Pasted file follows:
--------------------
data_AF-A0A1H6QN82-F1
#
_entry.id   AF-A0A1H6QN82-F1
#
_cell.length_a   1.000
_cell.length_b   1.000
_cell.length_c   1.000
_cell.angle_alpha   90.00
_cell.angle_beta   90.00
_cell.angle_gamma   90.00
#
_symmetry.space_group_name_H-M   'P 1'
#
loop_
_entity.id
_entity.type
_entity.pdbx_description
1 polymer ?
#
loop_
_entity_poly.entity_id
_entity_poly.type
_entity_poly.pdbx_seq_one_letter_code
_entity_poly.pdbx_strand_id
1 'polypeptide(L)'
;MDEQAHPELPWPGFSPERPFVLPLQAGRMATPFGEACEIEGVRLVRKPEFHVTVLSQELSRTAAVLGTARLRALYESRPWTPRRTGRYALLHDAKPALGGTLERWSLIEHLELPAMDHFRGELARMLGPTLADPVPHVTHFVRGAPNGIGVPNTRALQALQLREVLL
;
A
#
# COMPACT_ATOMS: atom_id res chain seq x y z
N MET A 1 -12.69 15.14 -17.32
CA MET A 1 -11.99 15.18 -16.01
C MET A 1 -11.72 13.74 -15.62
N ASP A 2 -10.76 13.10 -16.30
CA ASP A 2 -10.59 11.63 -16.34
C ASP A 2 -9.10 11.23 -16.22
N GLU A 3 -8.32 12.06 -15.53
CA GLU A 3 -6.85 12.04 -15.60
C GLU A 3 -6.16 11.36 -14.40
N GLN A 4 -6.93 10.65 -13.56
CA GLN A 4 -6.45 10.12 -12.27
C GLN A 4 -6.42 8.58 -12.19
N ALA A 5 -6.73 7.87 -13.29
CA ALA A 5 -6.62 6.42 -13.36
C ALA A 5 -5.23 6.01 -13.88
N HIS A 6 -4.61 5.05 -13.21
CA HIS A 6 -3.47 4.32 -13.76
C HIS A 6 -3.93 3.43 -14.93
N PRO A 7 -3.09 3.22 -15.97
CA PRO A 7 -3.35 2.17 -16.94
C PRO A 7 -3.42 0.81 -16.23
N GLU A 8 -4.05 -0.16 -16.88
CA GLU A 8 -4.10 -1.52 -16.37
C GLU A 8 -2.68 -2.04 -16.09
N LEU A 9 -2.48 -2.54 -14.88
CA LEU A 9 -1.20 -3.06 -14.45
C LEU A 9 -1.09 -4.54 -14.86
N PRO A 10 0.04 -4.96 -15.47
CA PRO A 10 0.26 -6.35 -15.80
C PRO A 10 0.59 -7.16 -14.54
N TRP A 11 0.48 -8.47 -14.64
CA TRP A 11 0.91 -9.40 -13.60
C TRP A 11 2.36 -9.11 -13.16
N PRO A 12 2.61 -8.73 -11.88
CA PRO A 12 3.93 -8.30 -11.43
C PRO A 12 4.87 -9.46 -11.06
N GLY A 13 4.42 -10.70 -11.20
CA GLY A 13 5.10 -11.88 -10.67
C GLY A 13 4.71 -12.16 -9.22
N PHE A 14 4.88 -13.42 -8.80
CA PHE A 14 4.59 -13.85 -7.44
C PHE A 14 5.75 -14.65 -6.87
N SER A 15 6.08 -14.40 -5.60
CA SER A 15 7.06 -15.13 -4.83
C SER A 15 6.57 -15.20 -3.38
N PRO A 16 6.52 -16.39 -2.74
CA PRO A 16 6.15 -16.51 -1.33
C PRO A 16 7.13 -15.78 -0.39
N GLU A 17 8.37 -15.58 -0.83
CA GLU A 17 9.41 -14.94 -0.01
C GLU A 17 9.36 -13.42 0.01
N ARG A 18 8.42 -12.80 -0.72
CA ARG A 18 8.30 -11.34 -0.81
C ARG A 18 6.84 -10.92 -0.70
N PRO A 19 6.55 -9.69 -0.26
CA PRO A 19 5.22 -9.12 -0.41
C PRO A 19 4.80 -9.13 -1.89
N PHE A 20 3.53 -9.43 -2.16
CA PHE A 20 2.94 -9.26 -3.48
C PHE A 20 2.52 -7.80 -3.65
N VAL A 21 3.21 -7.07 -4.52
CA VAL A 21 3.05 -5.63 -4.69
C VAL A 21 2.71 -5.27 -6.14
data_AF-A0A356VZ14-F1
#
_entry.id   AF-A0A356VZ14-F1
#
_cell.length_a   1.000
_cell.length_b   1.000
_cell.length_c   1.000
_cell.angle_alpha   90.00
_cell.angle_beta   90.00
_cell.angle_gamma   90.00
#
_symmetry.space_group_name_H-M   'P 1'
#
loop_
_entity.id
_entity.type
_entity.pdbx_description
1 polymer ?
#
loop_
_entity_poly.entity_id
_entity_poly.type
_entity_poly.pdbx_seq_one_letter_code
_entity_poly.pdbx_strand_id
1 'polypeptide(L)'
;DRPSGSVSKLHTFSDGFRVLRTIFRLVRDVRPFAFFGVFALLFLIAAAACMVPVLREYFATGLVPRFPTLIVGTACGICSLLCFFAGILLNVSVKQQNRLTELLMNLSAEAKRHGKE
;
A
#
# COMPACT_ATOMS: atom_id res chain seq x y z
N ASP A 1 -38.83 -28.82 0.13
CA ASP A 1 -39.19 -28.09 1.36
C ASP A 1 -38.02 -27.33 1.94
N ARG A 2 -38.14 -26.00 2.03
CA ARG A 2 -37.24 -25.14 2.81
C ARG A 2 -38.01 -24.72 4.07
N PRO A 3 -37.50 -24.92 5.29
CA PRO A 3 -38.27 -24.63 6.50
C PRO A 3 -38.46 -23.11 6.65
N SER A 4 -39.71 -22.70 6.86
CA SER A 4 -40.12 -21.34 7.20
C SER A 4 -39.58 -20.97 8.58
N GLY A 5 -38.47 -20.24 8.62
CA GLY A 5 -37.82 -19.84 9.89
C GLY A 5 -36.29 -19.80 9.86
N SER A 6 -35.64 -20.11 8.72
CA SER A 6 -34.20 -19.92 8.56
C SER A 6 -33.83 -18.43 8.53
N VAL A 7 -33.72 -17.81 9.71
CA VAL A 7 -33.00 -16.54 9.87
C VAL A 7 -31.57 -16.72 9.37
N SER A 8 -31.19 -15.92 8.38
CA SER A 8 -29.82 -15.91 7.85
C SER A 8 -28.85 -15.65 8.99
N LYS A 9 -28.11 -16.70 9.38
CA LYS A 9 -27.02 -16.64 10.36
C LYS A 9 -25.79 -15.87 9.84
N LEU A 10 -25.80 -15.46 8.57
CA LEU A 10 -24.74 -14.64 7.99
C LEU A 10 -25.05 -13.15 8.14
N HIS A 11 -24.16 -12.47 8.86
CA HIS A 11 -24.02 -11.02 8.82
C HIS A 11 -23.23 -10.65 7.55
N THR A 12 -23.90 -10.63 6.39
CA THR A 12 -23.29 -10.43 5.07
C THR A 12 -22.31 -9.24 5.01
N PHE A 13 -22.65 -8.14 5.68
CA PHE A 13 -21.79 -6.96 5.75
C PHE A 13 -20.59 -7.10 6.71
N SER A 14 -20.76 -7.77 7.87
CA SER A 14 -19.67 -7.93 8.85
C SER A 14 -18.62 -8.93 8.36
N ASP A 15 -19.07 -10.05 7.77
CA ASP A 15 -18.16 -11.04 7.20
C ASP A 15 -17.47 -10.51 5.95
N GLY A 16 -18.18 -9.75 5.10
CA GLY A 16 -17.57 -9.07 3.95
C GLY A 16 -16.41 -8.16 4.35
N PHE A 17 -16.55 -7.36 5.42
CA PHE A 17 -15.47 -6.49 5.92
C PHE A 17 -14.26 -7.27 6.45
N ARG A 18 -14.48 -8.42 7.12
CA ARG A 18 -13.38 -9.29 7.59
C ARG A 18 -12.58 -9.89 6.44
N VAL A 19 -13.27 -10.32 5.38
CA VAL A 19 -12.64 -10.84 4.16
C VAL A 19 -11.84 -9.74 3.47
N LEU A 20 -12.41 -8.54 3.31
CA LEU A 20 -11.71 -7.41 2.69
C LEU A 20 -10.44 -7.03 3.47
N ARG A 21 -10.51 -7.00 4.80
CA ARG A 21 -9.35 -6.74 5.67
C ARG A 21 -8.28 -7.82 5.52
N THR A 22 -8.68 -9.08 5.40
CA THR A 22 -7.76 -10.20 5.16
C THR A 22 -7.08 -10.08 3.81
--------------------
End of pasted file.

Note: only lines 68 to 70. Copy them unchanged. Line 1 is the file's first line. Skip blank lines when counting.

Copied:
CA GLY A 13 5.10 -11.88 -10.67
C GLY A 13 4.71 -12.16 -9.22
N PHE A 14 4.88 -13.42 -8.80